Finally, the last and probably most helpful tool for getting published in a magazine as a college student is a writing internship. Internships are the golden door to insider views of the magazine publishing world. Many magazine internship programs, like D Magazine’s in Dallas, Texas, often offer opportunities for interns to practice story writing, develop article ideas and even produce content for the publication. These internships that offer professional experience as opposed to coffee making or errand running tasks are the perfect chance for students to gain writing experience for the future and get a foot in the door of the desired magazine. Specifics of different internships are often found on the company’s individual website.

While many may consider college students too young to be competitive writers in the professional world, universities actually offer students ample opportunities to be published in both on and off-campus publications while still in school and provide a number of exceptional resources to be utilized in a writer’s future career. Young writers must find time in the midst of the chaos of college to write and exploit all of these resources readily available at their fingertips. There is no reason to wait when college students can begin getting published now.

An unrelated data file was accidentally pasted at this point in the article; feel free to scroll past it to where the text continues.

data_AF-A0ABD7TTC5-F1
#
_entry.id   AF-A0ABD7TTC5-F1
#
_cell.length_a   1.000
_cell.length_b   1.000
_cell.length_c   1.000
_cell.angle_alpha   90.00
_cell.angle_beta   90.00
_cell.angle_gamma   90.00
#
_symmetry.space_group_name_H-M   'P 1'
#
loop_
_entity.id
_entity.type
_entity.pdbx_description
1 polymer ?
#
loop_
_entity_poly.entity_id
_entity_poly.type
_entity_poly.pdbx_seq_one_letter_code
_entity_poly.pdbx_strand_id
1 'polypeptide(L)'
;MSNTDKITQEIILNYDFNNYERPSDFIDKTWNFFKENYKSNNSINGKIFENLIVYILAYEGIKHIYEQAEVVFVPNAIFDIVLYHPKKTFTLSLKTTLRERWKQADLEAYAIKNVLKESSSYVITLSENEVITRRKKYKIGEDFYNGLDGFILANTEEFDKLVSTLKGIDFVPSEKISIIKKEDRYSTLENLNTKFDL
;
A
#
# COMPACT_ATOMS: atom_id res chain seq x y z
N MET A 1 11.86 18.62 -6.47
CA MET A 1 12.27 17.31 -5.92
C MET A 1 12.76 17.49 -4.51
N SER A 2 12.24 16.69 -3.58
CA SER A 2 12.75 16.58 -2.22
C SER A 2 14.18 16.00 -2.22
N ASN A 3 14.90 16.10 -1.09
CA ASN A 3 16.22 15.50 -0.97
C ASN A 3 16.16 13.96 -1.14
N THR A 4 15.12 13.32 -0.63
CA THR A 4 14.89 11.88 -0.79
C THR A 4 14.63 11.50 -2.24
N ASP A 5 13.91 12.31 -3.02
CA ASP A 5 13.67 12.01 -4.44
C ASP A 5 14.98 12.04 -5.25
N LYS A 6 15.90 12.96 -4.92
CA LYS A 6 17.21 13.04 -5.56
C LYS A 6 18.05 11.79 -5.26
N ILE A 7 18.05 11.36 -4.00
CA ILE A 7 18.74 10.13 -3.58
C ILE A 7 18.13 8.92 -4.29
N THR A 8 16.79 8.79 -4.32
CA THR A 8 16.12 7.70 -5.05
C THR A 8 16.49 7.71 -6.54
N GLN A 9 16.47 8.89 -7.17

The screen was blank.

The black curser blinked in and out of visibility, beckoning me like the distant light from a lighthouse.

I sat at my computer, but the commotion from the past hour cluttered my brain. Words. Words. All I needed were words to describe the unexpected event, and yet rolls of memory were all that seemed to replay in my mind.